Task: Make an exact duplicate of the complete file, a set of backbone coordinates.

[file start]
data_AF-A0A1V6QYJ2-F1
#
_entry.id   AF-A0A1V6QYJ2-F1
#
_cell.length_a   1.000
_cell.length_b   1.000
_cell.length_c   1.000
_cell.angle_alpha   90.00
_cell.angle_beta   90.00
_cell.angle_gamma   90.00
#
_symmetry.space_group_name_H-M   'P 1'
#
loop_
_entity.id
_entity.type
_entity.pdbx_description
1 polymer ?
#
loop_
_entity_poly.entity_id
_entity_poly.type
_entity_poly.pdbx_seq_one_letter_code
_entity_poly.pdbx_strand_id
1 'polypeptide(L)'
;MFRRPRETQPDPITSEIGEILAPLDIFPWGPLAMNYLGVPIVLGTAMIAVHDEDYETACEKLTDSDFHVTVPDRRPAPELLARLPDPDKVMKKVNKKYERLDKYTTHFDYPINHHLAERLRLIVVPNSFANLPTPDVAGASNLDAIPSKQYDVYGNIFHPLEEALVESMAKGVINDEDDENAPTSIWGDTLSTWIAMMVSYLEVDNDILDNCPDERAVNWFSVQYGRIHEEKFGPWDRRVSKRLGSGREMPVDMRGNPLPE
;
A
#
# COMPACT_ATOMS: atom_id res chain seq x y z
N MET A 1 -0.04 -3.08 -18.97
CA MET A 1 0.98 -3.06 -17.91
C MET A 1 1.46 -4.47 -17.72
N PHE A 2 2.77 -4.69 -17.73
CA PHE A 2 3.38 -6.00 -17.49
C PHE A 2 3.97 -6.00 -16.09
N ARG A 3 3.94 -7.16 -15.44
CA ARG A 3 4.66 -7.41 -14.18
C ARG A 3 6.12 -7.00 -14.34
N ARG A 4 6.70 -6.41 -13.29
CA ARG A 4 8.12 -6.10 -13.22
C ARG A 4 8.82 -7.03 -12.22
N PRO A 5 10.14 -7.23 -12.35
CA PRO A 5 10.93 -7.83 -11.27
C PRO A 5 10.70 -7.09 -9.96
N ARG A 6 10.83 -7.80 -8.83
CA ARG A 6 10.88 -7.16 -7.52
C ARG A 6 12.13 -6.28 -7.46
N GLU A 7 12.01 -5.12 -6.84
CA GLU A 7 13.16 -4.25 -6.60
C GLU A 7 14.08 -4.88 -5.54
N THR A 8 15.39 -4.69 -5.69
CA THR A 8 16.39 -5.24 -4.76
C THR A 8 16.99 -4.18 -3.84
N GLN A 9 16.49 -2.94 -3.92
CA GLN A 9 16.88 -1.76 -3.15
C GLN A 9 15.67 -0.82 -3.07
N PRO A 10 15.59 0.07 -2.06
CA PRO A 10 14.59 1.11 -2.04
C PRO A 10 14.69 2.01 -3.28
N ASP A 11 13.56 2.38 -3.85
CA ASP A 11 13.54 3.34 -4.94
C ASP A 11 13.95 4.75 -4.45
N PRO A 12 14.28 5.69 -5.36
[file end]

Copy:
data_AF-A0A1V6QYJ2-F1
#
_entry.id   AF-A0A1V6QYJ2-F1
#
_cell.length_a   1.000
_cell.length_b   1.000
_cell.length_c   1.000
_cell.angle_alpha   90.00
_cell.angle_beta   90.00
_cell.angle_gamma   90.00
#
_symmetry.space_group_name_H-M   'P 1'
#
loop_
_entity.id
_entity.type
_entity.pdbx_description
1 polymer ?
#
loop_
_entity_poly.entity_id
_entity_poly.type
_entity_poly.pdbx_seq_one_letter_code
_entity_poly.pdbx_strand_id
1 'polypeptide(L)'
;MFRRPRETQPDPITSEIGEILAPLDIFPWGPLAMNYLGVPIVLGTAMIAVHDEDYETACEKLTDSDFHVTVPDRRPAPELLARLPDPDKVMKKVNKKYERLDKYTTHFDYPINHHLAERLRLIVVPNSFANLPTPDVAGASNLDAIPSKQYDVYGNIFHPLEEALVESMAKGVINDEDDENAPTSIWGDTLSTWIAMMVSYLEVDNDILDNCPDERAVNWFSVQYGRIHEEKFGPWDRRVSKRLGSGREMPVDMRGNPLPE
;
A
#
# COMPACT_ATOMS: atom_id res chain seq x y z
N MET A 1 -0.04 -3.08 -18.97
CA MET A 1 0.98 -3.06 -17.91
C MET A 1 1.46 -4.47 -17.72
N PHE A 2 2.77 -4.69 -17.73
CA PHE A 2 3.38 -6.00 -17.49
C PHE A 2 3.97 -6.00 -16.09
N ARG A 3 3.94 -7.16 -15.44
CA ARG A 3 4.66 -7.41 -14.18
C ARG A 3 6.12 -7.00 -14.34
N ARG A 4 6.70 -6.41 -13.29
CA ARG A 4 8.12 -6.10 -13.22
C ARG A 4 8.82 -7.03 -12.22
N PRO A 5 10.14 -7.23 -12.35
CA PRO A 5 10.93 -7.83 -11.27
C PRO A 5 10.70 -7.09 -9.96
N ARG A 6 10.83 -7.80 -8.83
CA ARG A 6 10.88 -7.16 -7.52
C ARG A 6 12.13 -6.28 -7.46
N GLU A 7 12.01 -5.12 -6.84
CA GLU A 7 13.16 -4.25 -6.60
C GLU A 7 14.08 -4.88 -5.54
N THR A 8 15.39 -4.69 -5.69
CA THR A 8 16.39 -5.24 -4.76
C THR A 8 16.99 -4.18 -3.84
N GLN A 9 16.49 -2.94 -3.92
CA GLN A 9 16.88 -1.76 -3.15
C GLN A 9 15.67 -0.82 -3.07
N PRO A 10 15.59 0.07 -2.06
CA PRO A 10 14.59 1.11 -2.04
C PRO A 10 14.69 2.01 -3.28
N ASP A 11 13.56 2.38 -3.85
CA ASP A 11 13.54 3.34 -4.94
C ASP A 11 13.95 4.75 -4.45
N PRO A 12 14.28 5.69 -5.36